The current bird flu outbreak does not show signs of stopping anytime soon. To prepare for the worst, renowned vaccine makers are developing bird flu vaccines for humans.

At least three of the leading flu vaccine makers, GSK Plc, Moderna and CSL Seqirus, are preparing bird flu shots for humans, their executives confirmed to Reuters this week.

As a precautionary measure against a possible pandemic, the three pharmaceutical companies are either working on their formulations or about to test sample human vaccines that could counter the circulating subtype.

Another company, Sanofi, has revealed that it is ready to begin production if needed since it has existing H5N1 vaccine strains in stock.

The current bird flu outbreak is considered the worst to hit the U.S. after killing around 58 million birds based on data presented in January. The H5N1 clade is responsible for the spread among birds and some mammals.

Human cases are very rare, with public health officials saying transmission among humans is quite low. But last month, an 11-year-old girl in Cambodia reportedly died about a week after falling sick with the virus.

Cambodia had 56 cases of human infection between 2003 and 2014; 37 of them were fatal. Worldwide, the virus recorded a 56% case fatality rate after scientific data revealed 135 fatalities from 240 total cases reported since January 2003 and before the girl’s death in February.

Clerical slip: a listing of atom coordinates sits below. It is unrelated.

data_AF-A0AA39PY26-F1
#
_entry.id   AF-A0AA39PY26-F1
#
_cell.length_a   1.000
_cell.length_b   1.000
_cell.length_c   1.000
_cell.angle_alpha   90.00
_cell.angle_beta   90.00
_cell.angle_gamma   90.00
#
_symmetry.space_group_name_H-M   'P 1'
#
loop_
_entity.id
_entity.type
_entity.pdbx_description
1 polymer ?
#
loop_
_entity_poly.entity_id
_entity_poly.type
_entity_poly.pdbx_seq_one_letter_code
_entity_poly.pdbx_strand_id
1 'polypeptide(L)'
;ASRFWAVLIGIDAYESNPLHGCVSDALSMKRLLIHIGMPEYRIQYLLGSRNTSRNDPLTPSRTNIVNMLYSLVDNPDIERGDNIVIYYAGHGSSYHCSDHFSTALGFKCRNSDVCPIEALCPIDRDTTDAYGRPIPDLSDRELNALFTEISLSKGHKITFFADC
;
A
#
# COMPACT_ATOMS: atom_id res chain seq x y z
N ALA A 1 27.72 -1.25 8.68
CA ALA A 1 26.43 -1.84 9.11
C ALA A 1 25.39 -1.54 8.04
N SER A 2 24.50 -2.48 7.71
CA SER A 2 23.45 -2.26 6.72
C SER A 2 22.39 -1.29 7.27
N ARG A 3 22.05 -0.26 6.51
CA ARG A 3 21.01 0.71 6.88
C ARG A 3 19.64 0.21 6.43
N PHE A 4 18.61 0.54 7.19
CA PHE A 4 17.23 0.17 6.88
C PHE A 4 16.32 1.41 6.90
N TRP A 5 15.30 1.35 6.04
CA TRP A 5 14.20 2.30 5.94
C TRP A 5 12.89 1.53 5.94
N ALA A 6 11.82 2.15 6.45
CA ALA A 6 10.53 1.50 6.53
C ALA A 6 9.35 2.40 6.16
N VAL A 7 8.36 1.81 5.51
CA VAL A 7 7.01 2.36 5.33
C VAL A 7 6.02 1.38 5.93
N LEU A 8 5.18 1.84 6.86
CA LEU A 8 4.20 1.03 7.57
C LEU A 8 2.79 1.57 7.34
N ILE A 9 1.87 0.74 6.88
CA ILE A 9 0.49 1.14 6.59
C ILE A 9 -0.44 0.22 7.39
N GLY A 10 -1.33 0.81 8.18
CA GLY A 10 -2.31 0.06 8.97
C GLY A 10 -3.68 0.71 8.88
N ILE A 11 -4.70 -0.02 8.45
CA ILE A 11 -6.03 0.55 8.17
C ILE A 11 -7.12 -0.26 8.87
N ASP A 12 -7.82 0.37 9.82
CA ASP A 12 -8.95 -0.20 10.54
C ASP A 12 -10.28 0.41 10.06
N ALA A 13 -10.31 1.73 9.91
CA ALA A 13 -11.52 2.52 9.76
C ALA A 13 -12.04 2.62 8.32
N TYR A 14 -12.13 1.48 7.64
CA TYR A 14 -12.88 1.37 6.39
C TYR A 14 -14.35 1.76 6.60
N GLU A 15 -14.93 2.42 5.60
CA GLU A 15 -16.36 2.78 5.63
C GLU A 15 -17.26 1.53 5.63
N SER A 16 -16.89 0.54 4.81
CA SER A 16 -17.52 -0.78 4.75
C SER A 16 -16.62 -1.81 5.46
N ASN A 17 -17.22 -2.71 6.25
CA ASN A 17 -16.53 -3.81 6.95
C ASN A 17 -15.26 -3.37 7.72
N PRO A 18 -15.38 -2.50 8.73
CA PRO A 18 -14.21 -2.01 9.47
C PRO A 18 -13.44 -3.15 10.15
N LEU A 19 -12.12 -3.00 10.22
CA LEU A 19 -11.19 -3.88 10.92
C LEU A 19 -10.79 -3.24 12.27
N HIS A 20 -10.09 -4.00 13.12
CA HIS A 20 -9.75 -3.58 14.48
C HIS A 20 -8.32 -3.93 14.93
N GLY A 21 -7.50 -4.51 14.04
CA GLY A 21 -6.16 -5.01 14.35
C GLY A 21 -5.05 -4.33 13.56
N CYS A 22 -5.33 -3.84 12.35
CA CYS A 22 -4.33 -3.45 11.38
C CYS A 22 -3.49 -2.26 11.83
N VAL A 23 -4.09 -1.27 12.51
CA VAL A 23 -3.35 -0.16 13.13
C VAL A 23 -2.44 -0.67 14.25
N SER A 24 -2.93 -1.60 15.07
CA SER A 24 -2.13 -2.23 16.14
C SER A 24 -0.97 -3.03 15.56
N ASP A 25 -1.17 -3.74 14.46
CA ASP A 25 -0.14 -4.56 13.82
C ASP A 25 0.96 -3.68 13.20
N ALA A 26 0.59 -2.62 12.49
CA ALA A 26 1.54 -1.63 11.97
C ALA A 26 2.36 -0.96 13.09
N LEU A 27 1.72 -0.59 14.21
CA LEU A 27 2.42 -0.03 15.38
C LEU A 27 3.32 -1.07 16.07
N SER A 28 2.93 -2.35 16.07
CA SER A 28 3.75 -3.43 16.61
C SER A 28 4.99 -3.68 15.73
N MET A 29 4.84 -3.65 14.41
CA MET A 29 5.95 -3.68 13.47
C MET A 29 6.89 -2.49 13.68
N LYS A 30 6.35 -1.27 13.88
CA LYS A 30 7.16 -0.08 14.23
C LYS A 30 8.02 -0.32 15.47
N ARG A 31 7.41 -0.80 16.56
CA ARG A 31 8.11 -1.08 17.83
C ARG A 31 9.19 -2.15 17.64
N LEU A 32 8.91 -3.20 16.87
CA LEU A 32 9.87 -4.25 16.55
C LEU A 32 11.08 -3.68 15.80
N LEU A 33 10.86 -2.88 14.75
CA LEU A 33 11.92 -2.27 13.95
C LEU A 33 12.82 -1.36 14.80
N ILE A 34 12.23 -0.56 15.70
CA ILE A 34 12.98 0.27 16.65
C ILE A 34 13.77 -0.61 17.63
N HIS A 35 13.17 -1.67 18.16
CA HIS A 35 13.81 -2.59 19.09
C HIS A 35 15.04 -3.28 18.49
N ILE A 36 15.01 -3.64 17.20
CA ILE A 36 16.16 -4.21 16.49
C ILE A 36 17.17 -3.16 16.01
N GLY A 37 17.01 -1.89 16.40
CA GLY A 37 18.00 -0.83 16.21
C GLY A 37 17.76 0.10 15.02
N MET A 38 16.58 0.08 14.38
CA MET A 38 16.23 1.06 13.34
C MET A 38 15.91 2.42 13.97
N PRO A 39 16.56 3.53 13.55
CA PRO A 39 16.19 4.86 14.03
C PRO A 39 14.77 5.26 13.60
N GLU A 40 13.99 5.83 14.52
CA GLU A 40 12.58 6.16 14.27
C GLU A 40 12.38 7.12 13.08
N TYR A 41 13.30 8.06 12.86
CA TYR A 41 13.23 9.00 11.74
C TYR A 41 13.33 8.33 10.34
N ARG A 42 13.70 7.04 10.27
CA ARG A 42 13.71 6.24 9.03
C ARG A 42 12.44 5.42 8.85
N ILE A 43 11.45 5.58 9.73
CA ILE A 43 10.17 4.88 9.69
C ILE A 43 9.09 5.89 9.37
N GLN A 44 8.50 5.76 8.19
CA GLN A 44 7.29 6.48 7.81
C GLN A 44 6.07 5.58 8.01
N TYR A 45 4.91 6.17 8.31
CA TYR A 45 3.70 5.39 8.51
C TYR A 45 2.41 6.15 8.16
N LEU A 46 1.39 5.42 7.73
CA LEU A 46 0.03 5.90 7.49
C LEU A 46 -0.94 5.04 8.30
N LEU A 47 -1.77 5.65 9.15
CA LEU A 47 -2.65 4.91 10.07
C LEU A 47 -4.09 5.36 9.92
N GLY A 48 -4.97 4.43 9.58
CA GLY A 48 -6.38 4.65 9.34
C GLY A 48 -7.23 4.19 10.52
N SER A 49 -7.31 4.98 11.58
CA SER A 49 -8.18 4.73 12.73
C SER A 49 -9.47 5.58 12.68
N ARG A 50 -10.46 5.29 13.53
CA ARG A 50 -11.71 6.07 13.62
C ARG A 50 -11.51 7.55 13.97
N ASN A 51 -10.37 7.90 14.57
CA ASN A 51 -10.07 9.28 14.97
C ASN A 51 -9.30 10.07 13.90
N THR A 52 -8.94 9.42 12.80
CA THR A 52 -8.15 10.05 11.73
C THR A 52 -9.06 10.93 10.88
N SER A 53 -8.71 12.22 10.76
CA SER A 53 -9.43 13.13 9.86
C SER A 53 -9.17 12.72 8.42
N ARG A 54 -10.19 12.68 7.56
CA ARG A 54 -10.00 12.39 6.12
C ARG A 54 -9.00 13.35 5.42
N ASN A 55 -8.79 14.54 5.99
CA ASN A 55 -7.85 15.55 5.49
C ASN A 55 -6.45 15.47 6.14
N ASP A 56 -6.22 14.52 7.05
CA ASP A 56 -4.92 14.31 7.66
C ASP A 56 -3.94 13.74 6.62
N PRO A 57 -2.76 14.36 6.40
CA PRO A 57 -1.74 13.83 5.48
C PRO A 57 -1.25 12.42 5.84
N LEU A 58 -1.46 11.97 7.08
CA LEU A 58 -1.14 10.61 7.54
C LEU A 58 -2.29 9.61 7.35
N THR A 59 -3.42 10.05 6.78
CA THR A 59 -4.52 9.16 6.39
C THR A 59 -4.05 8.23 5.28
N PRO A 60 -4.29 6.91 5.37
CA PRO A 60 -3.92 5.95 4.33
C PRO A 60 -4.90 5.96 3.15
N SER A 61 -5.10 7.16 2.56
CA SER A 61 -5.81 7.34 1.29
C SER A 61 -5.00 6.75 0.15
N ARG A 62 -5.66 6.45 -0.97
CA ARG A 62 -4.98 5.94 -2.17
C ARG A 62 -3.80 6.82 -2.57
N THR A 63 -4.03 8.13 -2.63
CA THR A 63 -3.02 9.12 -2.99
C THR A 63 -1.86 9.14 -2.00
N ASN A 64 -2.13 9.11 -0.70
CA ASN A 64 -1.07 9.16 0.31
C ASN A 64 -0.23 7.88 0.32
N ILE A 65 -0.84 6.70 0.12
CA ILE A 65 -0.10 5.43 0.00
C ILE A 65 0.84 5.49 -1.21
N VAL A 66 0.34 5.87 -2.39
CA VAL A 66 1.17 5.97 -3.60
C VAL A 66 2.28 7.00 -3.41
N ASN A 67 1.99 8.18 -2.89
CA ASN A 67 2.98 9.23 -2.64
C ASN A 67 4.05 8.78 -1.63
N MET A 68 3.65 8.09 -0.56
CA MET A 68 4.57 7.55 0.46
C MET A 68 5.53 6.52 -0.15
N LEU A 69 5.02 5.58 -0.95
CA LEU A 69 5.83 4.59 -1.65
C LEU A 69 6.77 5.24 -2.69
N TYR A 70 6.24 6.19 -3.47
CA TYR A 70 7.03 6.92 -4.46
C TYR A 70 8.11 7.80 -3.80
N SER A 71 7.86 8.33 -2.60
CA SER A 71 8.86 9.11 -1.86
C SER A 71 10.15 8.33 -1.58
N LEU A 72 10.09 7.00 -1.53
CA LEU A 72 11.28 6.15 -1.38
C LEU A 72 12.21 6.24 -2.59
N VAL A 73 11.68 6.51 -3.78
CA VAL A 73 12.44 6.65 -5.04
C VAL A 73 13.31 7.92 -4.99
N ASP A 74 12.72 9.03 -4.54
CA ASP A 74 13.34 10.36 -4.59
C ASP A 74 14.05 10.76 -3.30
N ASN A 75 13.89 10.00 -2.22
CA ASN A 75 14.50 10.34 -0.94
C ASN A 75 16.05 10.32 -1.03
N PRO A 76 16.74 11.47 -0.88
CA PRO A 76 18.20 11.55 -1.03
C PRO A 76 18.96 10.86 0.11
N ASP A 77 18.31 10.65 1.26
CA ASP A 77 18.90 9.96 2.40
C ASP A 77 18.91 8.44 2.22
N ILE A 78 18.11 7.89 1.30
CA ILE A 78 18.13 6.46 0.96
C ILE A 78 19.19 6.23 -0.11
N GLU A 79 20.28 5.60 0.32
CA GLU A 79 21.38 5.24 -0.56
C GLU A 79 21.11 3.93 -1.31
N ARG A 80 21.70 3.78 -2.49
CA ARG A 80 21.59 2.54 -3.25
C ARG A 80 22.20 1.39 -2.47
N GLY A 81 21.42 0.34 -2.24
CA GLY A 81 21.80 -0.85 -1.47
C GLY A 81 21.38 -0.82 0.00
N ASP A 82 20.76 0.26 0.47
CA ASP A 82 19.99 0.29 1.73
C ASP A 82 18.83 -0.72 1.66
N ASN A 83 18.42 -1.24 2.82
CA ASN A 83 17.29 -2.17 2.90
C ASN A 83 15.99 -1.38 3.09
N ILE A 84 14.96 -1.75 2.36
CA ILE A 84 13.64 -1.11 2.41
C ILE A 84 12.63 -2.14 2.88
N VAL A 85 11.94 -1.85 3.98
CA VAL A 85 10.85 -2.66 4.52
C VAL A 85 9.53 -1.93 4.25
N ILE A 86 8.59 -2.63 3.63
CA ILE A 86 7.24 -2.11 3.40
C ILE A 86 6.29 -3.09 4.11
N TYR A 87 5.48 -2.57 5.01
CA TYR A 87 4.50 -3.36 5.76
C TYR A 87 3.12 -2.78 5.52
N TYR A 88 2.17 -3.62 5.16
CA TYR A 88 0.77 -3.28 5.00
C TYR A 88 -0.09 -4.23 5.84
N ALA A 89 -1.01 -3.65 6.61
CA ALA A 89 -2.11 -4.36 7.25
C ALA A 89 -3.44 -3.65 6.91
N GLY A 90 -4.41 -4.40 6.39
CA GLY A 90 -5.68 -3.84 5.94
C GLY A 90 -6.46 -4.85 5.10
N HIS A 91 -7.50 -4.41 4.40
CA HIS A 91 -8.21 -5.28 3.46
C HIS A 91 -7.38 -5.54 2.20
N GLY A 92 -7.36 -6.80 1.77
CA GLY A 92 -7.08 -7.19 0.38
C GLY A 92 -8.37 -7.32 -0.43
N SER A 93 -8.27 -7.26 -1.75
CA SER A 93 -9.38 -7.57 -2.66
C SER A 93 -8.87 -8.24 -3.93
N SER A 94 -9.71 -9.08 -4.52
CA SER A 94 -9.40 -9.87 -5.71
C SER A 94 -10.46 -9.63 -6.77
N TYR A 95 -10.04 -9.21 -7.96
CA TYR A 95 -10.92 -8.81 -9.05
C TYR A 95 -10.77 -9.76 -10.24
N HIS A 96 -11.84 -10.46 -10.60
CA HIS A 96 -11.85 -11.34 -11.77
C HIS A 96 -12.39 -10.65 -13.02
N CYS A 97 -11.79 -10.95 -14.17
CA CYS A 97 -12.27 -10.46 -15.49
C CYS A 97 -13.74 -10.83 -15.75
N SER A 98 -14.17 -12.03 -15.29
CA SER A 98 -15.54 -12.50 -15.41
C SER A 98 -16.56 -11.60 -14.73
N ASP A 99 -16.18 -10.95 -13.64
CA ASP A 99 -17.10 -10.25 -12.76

While the development of human bird flu vaccines seems reassuring, experts are worried about problems with supply rollout. During the early COVID-19 pandemic phase, vaccine-rich countries prioritized their populations first before considering sharing doses with other nations.

"We could potentially have a much worse problem with vaccine hoarding and vaccine nationalism in a flu outbreak than we saw with COVID,” Dr. Richard Hatchett, the chief executive of the Coalition for Epidemic Preparedness Innovations (CEPI), told Reuters.

In addition, there is also an issue with mass production. Creating massive supplies for different countries could take months unless manufacturers find a faster means to develop doses.

“Creating the first dose is the easiest. The hardest is manufacturing in large quantities,” CSL Seqirus head of global medical strategy Raja Rajaram said.

Aside from human vaccines, experts are also working on vaccine shots for birds, especially chickens and turkeys. The U.S. government under President Joe Biden said earlier this month that it was determined to hamper further disruptions in the country’s food supply.

Thus far, two avian influenza vector vaccines studied by Wageningen Bioveterinary Research have shown promising results as they showed effectiveness in protecting birds against the flu virus.

Bird Flu (5)
Health workers pack dead chickens into trash bins at a wholesale poultry market in Hong Kong December 31, 2014. REUTERS/Tyrone Siu